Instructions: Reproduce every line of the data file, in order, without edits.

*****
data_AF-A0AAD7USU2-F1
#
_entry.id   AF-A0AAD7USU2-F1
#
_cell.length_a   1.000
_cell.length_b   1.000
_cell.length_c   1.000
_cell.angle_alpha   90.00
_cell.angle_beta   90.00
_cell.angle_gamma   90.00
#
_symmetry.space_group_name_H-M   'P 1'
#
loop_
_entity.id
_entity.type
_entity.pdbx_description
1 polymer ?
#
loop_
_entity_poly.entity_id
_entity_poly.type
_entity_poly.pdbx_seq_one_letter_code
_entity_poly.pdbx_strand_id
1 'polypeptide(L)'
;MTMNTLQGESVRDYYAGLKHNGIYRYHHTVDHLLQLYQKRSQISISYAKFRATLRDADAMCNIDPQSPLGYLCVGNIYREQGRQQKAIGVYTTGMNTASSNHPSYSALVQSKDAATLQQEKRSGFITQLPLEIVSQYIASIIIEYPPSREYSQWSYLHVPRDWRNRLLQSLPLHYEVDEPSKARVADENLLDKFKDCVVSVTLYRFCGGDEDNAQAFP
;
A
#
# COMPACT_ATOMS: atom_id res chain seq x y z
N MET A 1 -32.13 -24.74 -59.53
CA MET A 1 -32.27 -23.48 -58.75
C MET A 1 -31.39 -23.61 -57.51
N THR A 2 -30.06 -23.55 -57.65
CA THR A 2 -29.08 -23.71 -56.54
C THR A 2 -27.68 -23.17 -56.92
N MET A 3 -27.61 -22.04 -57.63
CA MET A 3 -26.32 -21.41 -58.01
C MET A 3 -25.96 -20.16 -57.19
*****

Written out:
data_AF-A0AAD7USU2-F1
#
_entry.id   AF-A0AAD7USU2-F1
#
_cell.length_a   1.000
_cell.length_b   1.000
_cell.length_c   1.000
_cell.angle_alpha   90.00
_cell.angle_beta   90.00
_cell.angle_gamma   90.00
#
_symmetry.space_group_name_H-M   'P 1'
#
loop_
_entity.id
_entity.type
_entity.pdbx_description
1 polymer ?
#
loop_
_entity_poly.entity_id
_entity_poly.type
_entity_poly.pdbx_seq_one_letter_code
_entity_poly.pdbx_strand_id
1 'polypeptide(L)'
;MTMNTLQGESVRDYYAGLKHNGIYRYHHTVDHLLQLYQKRSQISISYAKFRATLRDADAMCNIDPQSPLGYLCVGNIYREQGRQQKAIGVYTTGMNTASSNHPSYSALVQSKDAATLQQEKRSGFITQLPLEIVSQYIASIIIEYPPSREYSQWSYLHVPRDWRNRLLQSLPLHYEVDEPSKARVADENLLDKFKDCVVSVTLYRFCGGDEDNAQAFP
;
A
#
# COMPACT_ATOMS: atom_id res chain seq x y z
N MET A 1 -32.13 -24.74 -59.53
CA MET A 1 -32.27 -23.48 -58.75
C MET A 1 -31.39 -23.61 -57.51
N THR A 2 -30.06 -23.55 -57.65
CA THR A 2 -29.08 -23.71 -56.54
C THR A 2 -27.68 -23.17 -56.92
N MET A 3 -27.61 -22.04 -57.63
CA MET A 3 -26.32 -21.41 -58.01
C MET A 3 -25.96 -20.16 -57.19